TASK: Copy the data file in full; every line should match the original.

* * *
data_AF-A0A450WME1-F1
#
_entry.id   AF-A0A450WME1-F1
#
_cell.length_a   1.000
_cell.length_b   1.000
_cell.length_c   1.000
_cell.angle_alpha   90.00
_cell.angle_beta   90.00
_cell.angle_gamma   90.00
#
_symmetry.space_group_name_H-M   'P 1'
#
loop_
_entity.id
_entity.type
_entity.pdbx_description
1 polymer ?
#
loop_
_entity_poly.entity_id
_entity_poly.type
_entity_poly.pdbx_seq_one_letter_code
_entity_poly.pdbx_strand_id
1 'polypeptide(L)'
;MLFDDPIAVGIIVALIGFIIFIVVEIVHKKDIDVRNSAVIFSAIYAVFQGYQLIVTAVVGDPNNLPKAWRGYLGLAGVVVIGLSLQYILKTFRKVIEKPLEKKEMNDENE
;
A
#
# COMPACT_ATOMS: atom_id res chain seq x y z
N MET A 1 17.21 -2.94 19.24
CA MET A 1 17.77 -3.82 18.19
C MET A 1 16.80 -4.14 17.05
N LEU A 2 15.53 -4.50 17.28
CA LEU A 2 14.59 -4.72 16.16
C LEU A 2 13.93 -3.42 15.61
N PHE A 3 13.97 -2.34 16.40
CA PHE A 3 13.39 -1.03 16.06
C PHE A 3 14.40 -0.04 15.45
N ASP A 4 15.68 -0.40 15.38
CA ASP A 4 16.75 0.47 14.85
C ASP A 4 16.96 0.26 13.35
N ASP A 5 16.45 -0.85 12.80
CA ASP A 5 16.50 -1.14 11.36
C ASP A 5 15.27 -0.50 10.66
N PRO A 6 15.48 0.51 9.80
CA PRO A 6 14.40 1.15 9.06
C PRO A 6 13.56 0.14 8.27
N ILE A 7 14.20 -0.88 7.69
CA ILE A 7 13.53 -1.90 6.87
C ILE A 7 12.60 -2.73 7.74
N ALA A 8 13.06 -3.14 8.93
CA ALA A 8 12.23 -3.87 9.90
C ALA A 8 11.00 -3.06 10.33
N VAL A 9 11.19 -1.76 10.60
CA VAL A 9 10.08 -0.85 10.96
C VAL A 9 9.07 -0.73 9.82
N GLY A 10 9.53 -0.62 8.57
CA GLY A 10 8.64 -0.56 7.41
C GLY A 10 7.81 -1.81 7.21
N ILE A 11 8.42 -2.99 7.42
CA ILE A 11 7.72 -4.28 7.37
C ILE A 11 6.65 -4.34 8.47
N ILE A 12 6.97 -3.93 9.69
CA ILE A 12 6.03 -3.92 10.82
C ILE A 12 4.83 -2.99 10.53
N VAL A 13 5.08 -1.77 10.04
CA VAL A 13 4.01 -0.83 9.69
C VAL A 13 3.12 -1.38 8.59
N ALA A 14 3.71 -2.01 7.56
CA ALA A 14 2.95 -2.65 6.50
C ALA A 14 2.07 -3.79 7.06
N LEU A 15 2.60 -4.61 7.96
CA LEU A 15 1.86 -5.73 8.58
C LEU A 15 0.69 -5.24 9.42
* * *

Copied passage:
data_AF-A0A450WME1-F1
#
_entry.id   AF-A0A450WME1-F1
#
_cell.length_a   1.000
_cell.length_b   1.000
_cell.length_c   1.000
_cell.angle_alpha   90.00
_cell.angle_beta   90.00
_cell.angle_gamma   90.00
#
_symmetry.space_group_name_H-M   'P 1'
#
loop_
_entity.id
_entity.type
_entity.pdbx_description
1 polymer ?
#
loop_
_entity_poly.entity_id
_entity_poly.type
_entity_poly.pdbx_seq_one_letter_code
_entity_poly.pdbx_strand_id
1 'polypeptide(L)'
;MLFDDPIAVGIIVALIGFIIFIVVEIVHKKDIDVRNSAVIFSAIYAVFQGYQLIVTAVVGDPNNLPKAWRGYLGLAGVVVIGLSLQYILKTFRKVIEKPLEKKEMNDENE
;
A
#
# COMPACT_ATOMS: atom_id res chain seq x y z
N MET A 1 17.21 -2.94 19.24
CA MET A 1 17.77 -3.82 18.19
C MET A 1 16.80 -4.14 17.05
N LEU A 2 15.53 -4.50 17.28
CA LEU A 2 14.59 -4.72 16.16
C LEU A 2 13.93 -3.42 15.61
N PHE A 3 13.97 -2.34 16.40
CA PHE A 3 13.39 -1.03 16.06
C PHE A 3 14.40 -0.04 15.45
N ASP A 4 15.68 -0.40 15.38
CA ASP A 4 16.75 0.47 14.85
C ASP A 4 16.96 0.26 13.35
N ASP A 5 16.45 -0.85 12.80
CA ASP A 5 16.50 -1.14 11.36
C ASP A 5 15.27 -0.50 10.66
N PRO A 6 15.48 0.51 9.80
CA PRO A 6 14.40 1.15 9.06
C PRO A 6 13.56 0.14 8.27
N ILE A 7 14.20 -0.88 7.69
CA ILE A 7 13.53 -1.90 6.87
C ILE A 7 12.60 -2.73 7.74
N ALA A 8 13.06 -3.14 8.93
CA ALA A 8 12.23 -3.87 9.90
C ALA A 8 11.00 -3.06 10.33
N VAL A 9 11.19 -1.76 10.60
CA VAL A 9 10.08 -0.85 10.96
C VAL A 9 9.07 -0.73 9.82
N GLY A 10 9.53 -0.62 8.57
CA GLY A 10 8.64 -0.56 7.41
C GLY A 10 7.81 -1.81 7.21
N ILE A 11 8.42 -2.99 7.42
CA ILE A 11 7.72 -4.28 7.37
C ILE A 11 6.65 -4.34 8.47
N ILE A 12 6.97 -3.93 9.69
CA ILE A 12 6.03 -3.92 10.82
C ILE A 12 4.83 -2.99 10.53
N VAL A 13 5.08 -1.77 10.04
CA VAL A 13 4.01 -0.83 9.69
C VAL A 13 3.12 -1.38 8.59
N ALA A 14 3.71 -2.01 7.56
CA ALA A 14 2.95 -2.65 6.50
C ALA A 14 2.07 -3.79 7.06
N LEU A 15 2.60 -4.61 7.96
CA LEU A 15 1.86 -5.73 8.58
C LEU A 15 0.69 -5.24 9.42